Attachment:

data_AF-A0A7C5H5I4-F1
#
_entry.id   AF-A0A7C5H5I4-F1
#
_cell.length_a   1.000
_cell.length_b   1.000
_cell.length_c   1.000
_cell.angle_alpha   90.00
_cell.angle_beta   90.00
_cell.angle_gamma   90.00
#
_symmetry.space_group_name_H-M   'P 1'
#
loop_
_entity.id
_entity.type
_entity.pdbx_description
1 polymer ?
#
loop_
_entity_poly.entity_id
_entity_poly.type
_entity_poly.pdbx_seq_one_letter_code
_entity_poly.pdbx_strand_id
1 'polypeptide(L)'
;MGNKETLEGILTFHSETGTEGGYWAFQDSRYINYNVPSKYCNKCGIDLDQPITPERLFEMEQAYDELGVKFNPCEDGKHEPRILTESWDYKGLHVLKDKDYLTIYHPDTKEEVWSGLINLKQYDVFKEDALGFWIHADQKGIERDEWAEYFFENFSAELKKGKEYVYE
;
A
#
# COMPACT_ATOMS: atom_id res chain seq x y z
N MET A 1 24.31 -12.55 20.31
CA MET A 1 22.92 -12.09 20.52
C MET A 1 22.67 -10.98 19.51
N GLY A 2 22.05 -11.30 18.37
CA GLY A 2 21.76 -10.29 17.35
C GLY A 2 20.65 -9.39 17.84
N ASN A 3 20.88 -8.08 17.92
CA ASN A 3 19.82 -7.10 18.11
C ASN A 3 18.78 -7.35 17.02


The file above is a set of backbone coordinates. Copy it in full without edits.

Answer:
data_AF-A0A7C5H5I4-F1
#
_entry.id   AF-A0A7C5H5I4-F1
#
_cell.length_a   1.000
_cell.length_b   1.000
_cell.length_c   1.000
_cell.angle_alpha   90.00
_cell.angle_beta   90.00
_cell.angle_gamma   90.00
#
_symmetry.space_group_name_H-M   'P 1'
#
loop_
_entity.id
_entity.type
_entity.pdbx_description
1 polymer ?
#
loop_
_entity_poly.entity_id
_entity_poly.type
_entity_poly.pdbx_seq_one_letter_code
_entity_poly.pdbx_strand_id
1 'polypeptide(L)'
;MGNKETLEGILTFHSETGTEGGYWAFQDSRYINYNVPSKYCNKCGIDLDQPITPERLFEMEQAYDELGVKFNPCEDGKHEPRILTESWDYKGLHVLKDKDYLTIYHPDTKEEVWSGLINLKQYDVFKEDALGFWIHADQKGIERDEWAEYFFENFSAELKKGKEYVYE
;
A
#
# COMPACT_ATOMS: atom_id res chain seq x y z
N MET A 1 24.31 -12.55 20.31
CA MET A 1 22.92 -12.09 20.52
C MET A 1 22.67 -10.98 19.51
N GLY A 2 22.05 -11.30 18.37
CA GLY A 2 21.76 -10.29 17.35
C GLY A 2 20.65 -9.39 17.84
N ASN A 3 20.88 -8.08 17.92
CA ASN A 3 19.82 -7.10 18.11
C ASN A 3 18.78 -7.35 17.02